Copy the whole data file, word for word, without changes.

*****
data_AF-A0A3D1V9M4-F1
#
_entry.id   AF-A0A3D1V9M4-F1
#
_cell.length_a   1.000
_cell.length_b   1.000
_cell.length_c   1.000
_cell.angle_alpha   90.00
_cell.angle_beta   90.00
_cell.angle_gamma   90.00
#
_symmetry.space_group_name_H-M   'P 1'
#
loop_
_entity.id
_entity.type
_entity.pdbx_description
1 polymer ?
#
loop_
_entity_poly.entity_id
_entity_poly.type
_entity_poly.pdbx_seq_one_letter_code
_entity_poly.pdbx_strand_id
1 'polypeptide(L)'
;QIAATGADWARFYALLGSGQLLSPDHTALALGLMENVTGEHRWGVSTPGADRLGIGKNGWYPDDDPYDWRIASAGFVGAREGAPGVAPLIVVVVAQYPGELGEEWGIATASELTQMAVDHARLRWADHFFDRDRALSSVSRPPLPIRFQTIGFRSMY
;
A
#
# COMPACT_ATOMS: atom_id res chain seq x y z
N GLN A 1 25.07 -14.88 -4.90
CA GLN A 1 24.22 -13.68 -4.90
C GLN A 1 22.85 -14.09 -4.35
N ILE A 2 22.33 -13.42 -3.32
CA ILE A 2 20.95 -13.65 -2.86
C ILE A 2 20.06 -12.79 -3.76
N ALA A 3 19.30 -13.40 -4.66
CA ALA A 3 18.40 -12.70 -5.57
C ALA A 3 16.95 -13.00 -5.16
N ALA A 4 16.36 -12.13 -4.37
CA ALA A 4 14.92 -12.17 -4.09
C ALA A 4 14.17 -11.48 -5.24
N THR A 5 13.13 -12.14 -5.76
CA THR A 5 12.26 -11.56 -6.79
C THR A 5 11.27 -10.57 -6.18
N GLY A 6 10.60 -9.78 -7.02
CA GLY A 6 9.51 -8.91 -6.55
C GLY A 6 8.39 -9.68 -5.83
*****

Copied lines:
data_AF-A0A3D1V9M4-F1
#
_entry.id   AF-A0A3D1V9M4-F1
#
_cell.length_a   1.000
_cell.length_b   1.000
_cell.length_c   1.000
_cell.angle_alpha   90.00
_cell.angle_beta   90.00
_cell.angle_gamma   90.00
#
_symmetry.space_group_name_H-M   'P 1'
#
loop_
_entity.id
_entity.type
_entity.pdbx_description
1 polymer ?
#
loop_
_entity_poly.entity_id
_entity_poly.type
_entity_poly.pdbx_seq_one_letter_code
_entity_poly.pdbx_strand_id
1 'polypeptide(L)'
;QIAATGADWARFYALLGSGQLLSPDHTALALGLMENVTGEHRWGVSTPGADRLGIGKNGWYPDDDPYDWRIASAGFVGAREGAPGVAPLIVVVVAQYPGELGEEWGIATASELTQMAVDHARLRWADHFFDRDRALSSVSRPPLPIRFQTIGFRSMY
;
A
#
# COMPACT_ATOMS: atom_id res chain seq x y z
N GLN A 1 25.07 -14.88 -4.90
CA GLN A 1 24.22 -13.68 -4.90
C GLN A 1 22.85 -14.09 -4.35
N ILE A 2 22.33 -13.42 -3.32
CA ILE A 2 20.95 -13.65 -2.86
C ILE A 2 20.06 -12.79 -3.76
N ALA A 3 19.30 -13.40 -4.66
CA ALA A 3 18.40 -12.70 -5.57
C ALA A 3 16.95 -13.00 -5.16
N ALA A 4 16.36 -12.13 -4.37
CA ALA A 4 14.92 -12.17 -4.09
C ALA A 4 14.17 -11.48 -5.24
N THR A 5 13.13 -12.14 -5.76
CA THR A 5 12.26 -11.56 -6.79
C THR A 5 11.27 -10.57 -6.18
N GLY A 6 10.60 -9.78 -7.02
CA GLY A 6 9.51 -8.91 -6.55
C GLY A 6 8.39 -9.68 -5.83